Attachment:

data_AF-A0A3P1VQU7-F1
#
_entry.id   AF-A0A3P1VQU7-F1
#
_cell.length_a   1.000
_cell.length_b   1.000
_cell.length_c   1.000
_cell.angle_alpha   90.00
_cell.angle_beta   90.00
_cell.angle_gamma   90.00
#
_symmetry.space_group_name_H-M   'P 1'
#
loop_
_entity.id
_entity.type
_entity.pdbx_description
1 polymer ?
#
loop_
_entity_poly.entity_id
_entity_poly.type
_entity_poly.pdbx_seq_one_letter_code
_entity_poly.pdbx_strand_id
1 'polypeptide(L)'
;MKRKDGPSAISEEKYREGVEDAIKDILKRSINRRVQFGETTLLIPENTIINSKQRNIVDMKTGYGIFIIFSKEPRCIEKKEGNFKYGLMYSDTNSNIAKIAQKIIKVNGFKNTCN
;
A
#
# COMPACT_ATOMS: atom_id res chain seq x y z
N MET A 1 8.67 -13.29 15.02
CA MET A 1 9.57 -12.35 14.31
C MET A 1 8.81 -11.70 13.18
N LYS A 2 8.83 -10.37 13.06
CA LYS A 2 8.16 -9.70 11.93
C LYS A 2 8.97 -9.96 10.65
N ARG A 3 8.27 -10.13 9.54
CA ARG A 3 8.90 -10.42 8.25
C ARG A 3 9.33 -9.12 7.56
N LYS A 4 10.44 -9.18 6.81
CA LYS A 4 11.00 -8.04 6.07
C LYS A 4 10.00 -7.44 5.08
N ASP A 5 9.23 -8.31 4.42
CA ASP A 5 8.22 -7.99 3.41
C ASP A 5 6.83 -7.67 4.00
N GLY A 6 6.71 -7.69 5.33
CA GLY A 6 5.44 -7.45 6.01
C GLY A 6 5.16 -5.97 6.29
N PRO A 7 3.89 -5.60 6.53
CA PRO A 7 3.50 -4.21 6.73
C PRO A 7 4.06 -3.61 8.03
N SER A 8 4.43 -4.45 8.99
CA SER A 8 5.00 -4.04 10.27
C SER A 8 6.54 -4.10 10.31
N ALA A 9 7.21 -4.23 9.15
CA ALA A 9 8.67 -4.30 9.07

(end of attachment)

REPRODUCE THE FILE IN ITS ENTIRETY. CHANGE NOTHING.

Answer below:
data_AF-A0A3P1VQU7-F1
#
_entry.id   AF-A0A3P1VQU7-F1
#
_cell.length_a   1.000
_cell.length_b   1.000
_cell.length_c   1.000
_cell.angle_alpha   90.00
_cell.angle_beta   90.00
_cell.angle_gamma   90.00
#
_symmetry.space_group_name_H-M   'P 1'
#
loop_
_entity.id
_entity.type
_entity.pdbx_description
1 polymer ?
#
loop_
_entity_poly.entity_id
_entity_poly.type
_entity_poly.pdbx_seq_one_letter_code
_entity_poly.pdbx_strand_id
1 'polypeptide(L)'
;MKRKDGPSAISEEKYREGVEDAIKDILKRSINRRVQFGETTLLIPENTIINSKQRNIVDMKTGYGIFIIFSKEPRCIEKKEGNFKYGLMYSDTNSNIAKIAQKIIKVNGFKNTCN
;
A
#
# COMPACT_ATOMS: atom_id res chain seq x y z
N MET A 1 8.67 -13.29 15.02
CA MET A 1 9.57 -12.35 14.31
C MET A 1 8.81 -11.70 13.18
N LYS A 2 8.83 -10.37 13.06
CA LYS A 2 8.16 -9.70 11.93
C LYS A 2 8.97 -9.96 10.65
N ARG A 3 8.27 -10.13 9.54
CA ARG A 3 8.90 -10.42 8.25
C ARG A 3 9.33 -9.12 7.56
N LYS A 4 10.44 -9.18 6.81
CA LYS A 4 11.00 -8.04 6.07
C LYS A 4 10.00 -7.44 5.08
N ASP A 5 9.23 -8.31 4.42
CA ASP A 5 8.22 -7.99 3.41
C ASP A 5 6.83 -7.67 4.00
N GLY A 6 6.71 -7.69 5.33
CA GLY A 6 5.44 -7.45 6.01
C GLY A 6 5.16 -5.97 6.29
N PRO A 7 3.89 -5.60 6.53
CA PRO A 7 3.50 -4.21 6.73
C PRO A 7 4.06 -3.61 8.03
N SER A 8 4.43 -4.45 8.99
CA SER A 8 5.00 -4.04 10.27
C SER A 8 6.54 -4.10 10.31
N ALA A 9 7.21 -4.23 9.15
CA ALA A 9 8.67 -4.30 9.07